This week marks the 47th Division of Planetary Sciences meeting and if today is any indication, Pluto is going to steal the show. From potential cryovolcanoes to varied terrain, NASA’s New Horizons team is presenting over 50 incredible Pluto discoveries this week at the meeting in National Harbor. Yes, you read that right, New Horizons has spotted not one, but two potential icy volcanoes on the surface of Pluto’s south pole.
When the world laid eyes on Pluto for the first time back in July, everyone expected to see a “lifeless” icy world. So you can imagine the surprise when we saw evidence instead that indicated Pluto and Charon were geologically active. Four months later, we are just beginning to comprehend this enigmatic, icy world.
One of the greatest accomplishments so far for New Horizons’ geology team is the creation of high-quality 3-D topographical maps. After analyzing the maps, the team discovered two very distinctive mountains near Pluto’s south pole. Further analysis indicates these two mountains may have been active in the recent geological past and could be cryovolcanoes — volcanoes that spew ice instead of lava.
Newly released NASA images show the two mountains, informally named Wright Mons and Piccard Mons, are very broad. They measure up to 160 kilometers across. Piccard Mons towers as high as 6 kilometers (3.5 miles) above the surface and is located just beyond the day/night boundary, so the only images we have of it are taken in twilight. Wright Mons is only 3-5 kilometers high (2 miles), and both mountains are roughly circular in shape with a deep depression at their summit — much like the shield volcanoes we see here on Earth.
These mountains are very similar to volcanic features we see on the inner terrestrial planets. However, unlike their terrestrial analogs, these volcanoes would spew a melted slurry of water ice, ammonia and methane instead of molten rock. If these prove to be the icy volcanoes scientists believe them to be, this would be one of the most significant discoveries made by New Horizons as nothing like this has ever been observed in the outer Solar System. Sure Enceladus has icy plumes, but the ejected material is coming from cracks in the moon’s surface, not from active volcanoes.
The team is not officially calling them cryovolcanoes just yet, as further research is needed. However, Oliver White New Horizons postdoctoral researcher at NASA’s Ames Research Center in California said during a press conference, “ When you see a mountain with a big hole in the top, you think only one thing. And as someone who did their PhD research in volcanic morphology, I can’t unsee volcanoes.”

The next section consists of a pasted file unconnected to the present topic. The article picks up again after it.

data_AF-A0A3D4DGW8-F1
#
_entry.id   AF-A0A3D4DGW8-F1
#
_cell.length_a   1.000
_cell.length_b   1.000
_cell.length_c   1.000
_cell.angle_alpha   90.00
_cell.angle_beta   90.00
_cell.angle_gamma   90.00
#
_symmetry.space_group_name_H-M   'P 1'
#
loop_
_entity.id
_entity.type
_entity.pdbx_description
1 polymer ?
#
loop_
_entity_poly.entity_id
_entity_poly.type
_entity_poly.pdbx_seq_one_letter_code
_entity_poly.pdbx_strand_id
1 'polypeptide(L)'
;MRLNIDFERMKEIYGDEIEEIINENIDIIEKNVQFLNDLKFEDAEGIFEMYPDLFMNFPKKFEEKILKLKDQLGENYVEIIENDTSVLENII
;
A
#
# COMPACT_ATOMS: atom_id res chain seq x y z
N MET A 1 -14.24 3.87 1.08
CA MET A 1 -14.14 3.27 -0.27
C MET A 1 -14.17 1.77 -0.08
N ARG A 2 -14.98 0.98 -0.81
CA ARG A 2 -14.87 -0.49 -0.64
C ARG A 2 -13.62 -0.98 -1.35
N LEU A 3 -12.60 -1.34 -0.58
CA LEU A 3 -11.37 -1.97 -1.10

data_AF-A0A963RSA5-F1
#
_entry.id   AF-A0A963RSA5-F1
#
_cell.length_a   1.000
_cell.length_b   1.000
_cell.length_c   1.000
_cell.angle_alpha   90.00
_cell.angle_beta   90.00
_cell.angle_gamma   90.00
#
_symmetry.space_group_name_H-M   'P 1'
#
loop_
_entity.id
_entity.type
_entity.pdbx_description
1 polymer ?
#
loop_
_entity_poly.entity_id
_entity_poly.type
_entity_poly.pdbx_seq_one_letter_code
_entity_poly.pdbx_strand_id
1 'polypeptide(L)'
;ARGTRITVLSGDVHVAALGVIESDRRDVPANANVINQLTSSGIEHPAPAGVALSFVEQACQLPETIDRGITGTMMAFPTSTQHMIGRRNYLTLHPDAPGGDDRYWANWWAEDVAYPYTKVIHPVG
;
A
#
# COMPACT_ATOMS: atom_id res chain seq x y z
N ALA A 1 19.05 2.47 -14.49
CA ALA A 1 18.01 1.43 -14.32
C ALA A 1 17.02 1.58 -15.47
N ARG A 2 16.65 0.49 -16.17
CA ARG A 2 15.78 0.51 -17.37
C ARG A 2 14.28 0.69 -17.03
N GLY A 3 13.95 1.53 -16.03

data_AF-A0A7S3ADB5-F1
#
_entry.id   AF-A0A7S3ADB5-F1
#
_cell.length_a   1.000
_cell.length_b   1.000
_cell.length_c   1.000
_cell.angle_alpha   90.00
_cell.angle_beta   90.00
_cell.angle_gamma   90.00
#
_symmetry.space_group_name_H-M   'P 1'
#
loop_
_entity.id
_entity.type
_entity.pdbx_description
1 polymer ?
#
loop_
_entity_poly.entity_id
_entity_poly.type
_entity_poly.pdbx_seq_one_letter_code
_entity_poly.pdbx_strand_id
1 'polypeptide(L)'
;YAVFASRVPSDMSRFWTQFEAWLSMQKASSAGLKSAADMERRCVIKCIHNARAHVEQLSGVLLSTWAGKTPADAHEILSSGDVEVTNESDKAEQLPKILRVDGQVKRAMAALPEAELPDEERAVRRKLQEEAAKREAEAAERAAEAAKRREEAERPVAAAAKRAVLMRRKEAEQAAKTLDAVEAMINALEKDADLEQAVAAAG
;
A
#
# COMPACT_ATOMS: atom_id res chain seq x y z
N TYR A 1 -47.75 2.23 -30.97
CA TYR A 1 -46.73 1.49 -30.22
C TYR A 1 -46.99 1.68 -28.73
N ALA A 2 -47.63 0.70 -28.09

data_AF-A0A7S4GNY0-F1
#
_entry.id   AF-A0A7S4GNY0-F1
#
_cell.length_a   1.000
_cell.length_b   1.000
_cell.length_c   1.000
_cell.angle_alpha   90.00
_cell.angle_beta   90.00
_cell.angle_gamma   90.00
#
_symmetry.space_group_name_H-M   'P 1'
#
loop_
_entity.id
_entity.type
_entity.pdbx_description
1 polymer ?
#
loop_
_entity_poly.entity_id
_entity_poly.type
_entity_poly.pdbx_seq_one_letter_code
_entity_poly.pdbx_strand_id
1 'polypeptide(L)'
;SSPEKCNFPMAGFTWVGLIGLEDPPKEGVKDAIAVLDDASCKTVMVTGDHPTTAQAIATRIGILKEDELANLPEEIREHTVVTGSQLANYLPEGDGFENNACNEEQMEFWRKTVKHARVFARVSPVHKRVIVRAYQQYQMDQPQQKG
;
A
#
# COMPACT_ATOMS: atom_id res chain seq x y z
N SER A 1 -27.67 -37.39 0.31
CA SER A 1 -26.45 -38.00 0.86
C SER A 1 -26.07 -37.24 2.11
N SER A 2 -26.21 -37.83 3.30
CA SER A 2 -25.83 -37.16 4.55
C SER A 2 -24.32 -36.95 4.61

Alan Stern expanded upon the volcano talk by saying, “The nearest neighbor analogy to these constructs is on Mars. There’s nothing like them on any body in between. It’s truly amazing.” The team doesn’t know what they are made out of just yet, but if they are volcanic then the summit depressions would have formed after material beneath the surface drained away.
Along with the presence of potential cryovolcanoes, scientists were surprised to find that Pluto has a very long history of geologic activity with varying surface ages — ranging from ancient to middle-aged to geologically young.
In order to determine the age of a particular region, the team counted the number of crater impacts. A larger number of impacts signals an older region. Pluto has over 1,000 craters on its surface, indicating that some areas date back to a time just after the planets formed some four billion years ago. At the same time, other areas like the smooth icy plains of Sputnik Planum are only about 10 million years old, meaning geologically speaking it was “born yesterday”. The absence of craters in this region suggest that Pluto has been active throughout much of its four billion year history. Dr. Kelsi Singer of the Southwest Research Institute explained during the session, “Pluto is giving us a new view of how small planets evolve.”
Singer went on to say, “We’ve mapped more than a thousand craters on Pluto, which vary in size and appearance. Among other things, I expect cratering studies like these to give us important new insights into how this part of the Solar System formed.”
So, what is driving all this activity? Scientists believe that the activity we see is a result of an internal heat source — like the radioactive decay of elements left over from the formation of Pluto over 4.5 billion years ago are keeping the interior warm enough for ice to flow. With a surface covered in volatile ices, it doesn’t take as much heat as it would for molten rock. Due to the nature of exotic ices, you get more bang your buck with less heat.
So far New Horizons and Pluto have put on quite a show for us, but this is only the beginning. With only 20 percent of the data downloaded so far, we have many more months of exciting data to look forward to.